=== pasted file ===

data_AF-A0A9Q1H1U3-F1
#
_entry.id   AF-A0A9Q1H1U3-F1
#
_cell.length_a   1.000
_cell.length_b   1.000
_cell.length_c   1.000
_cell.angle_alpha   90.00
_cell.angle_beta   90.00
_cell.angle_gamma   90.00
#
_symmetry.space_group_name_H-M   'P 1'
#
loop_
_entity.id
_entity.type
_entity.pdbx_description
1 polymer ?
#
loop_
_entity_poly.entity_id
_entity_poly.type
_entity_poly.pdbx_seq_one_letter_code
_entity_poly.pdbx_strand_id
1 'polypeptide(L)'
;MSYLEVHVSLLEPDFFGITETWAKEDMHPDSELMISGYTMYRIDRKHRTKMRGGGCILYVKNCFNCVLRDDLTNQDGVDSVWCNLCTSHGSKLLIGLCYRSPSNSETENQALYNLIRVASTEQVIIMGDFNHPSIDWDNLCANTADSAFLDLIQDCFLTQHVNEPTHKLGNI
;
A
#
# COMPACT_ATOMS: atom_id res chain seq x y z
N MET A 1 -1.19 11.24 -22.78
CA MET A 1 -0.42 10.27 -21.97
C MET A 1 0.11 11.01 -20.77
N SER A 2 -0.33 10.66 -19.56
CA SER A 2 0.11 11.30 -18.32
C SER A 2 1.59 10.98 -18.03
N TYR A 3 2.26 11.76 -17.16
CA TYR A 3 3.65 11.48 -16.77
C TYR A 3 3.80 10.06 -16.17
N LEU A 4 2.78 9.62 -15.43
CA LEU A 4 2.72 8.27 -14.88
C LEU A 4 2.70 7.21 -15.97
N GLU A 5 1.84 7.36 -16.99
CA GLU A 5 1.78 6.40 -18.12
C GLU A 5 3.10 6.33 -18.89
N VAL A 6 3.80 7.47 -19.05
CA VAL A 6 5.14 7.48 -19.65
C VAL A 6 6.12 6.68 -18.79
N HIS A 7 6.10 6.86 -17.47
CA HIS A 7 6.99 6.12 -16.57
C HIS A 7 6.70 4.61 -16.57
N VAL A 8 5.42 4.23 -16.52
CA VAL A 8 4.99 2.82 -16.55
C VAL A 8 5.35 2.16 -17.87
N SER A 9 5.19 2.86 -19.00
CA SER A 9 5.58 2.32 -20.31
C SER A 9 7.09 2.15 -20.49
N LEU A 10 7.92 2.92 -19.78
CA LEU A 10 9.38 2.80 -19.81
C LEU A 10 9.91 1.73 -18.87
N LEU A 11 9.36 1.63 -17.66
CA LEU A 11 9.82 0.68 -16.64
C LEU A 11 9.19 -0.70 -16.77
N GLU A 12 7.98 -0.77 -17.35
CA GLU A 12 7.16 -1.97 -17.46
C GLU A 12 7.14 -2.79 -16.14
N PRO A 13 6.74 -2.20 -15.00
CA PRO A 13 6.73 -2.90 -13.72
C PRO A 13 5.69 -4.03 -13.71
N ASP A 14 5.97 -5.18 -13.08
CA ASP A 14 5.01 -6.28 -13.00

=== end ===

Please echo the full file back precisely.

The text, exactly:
data_AF-A0A9Q1H1U3-F1
#
_entry.id   AF-A0A9Q1H1U3-F1
#
_cell.length_a   1.000
_cell.length_b   1.000
_cell.length_c   1.000
_cell.angle_alpha   90.00
_cell.angle_beta   90.00
_cell.angle_gamma   90.00
#
_symmetry.space_group_name_H-M   'P 1'
#
loop_
_entity.id
_entity.type
_entity.pdbx_description
1 polymer ?
#
loop_
_entity_poly.entity_id
_entity_poly.type
_entity_poly.pdbx_seq_one_letter_code
_entity_poly.pdbx_strand_id
1 'polypeptide(L)'
;MSYLEVHVSLLEPDFFGITETWAKEDMHPDSELMISGYTMYRIDRKHRTKMRGGGCILYVKNCFNCVLRDDLTNQDGVDSVWCNLCTSHGSKLLIGLCYRSPSNSETENQALYNLIRVASTEQVIIMGDFNHPSIDWDNLCANTADSAFLDLIQDCFLTQHVNEPTHKLGNI
;
A
#
# COMPACT_ATOMS: atom_id res chain seq x y z
N MET A 1 -1.19 11.24 -22.78
CA MET A 1 -0.42 10.27 -21.97
C MET A 1 0.11 11.01 -20.77
N SER A 2 -0.33 10.66 -19.56
CA SER A 2 0.11 11.30 -18.32
C SER A 2 1.59 10.98 -18.03
N TYR A 3 2.26 11.76 -17.16
CA TYR A 3 3.65 11.48 -16.77
C TYR A 3 3.80 10.06 -16.17
N LEU A 4 2.78 9.62 -15.43
CA LEU A 4 2.72 8.27 -14.88
C LEU A 4 2.70 7.21 -15.97
N GLU A 5 1.84 7.36 -16.99
CA GLU A 5 1.78 6.40 -18.12
C GLU A 5 3.10 6.33 -18.89
N VAL A 6 3.80 7.47 -19.05
CA VAL A 6 5.14 7.48 -19.65
C VAL A 6 6.12 6.68 -18.79
N HIS A 7 6.10 6.86 -17.47
CA HIS A 7 6.99 6.12 -16.57
C HIS A 7 6.70 4.61 -16.57
N VAL A 8 5.42 4.23 -16.52
CA VAL A 8 4.99 2.82 -16.55
C VAL A 8 5.35 2.16 -17.87
N SER A 9 5.19 2.86 -19.00
CA SER A 9 5.58 2.32 -20.31
C SER A 9 7.09 2.15 -20.49
N LEU A 10 7.92 2.92 -19.78
CA LEU A 10 9.38 2.80 -19.81
C LEU A 10 9.91 1.73 -18.87
N LEU A 11 9.36 1.63 -17.66
CA LEU A 11 9.82 0.68 -16.64
C LEU A 11 9.19 -0.70 -16.77
N GLU A 12 7.98 -0.77 -17.35
CA GLU A 12 7.16 -1.97 -17.46
C GLU A 12 7.14 -2.79 -16.14
N PRO A 13 6.74 -2.20 -15.00
CA PRO A 13 6.73 -2.90 -13.72
C PRO A 13 5.69 -4.03 -13.71
N ASP A 14 5.97 -5.18 -13.08
CA ASP A 14 5.01 -6.28 -13.00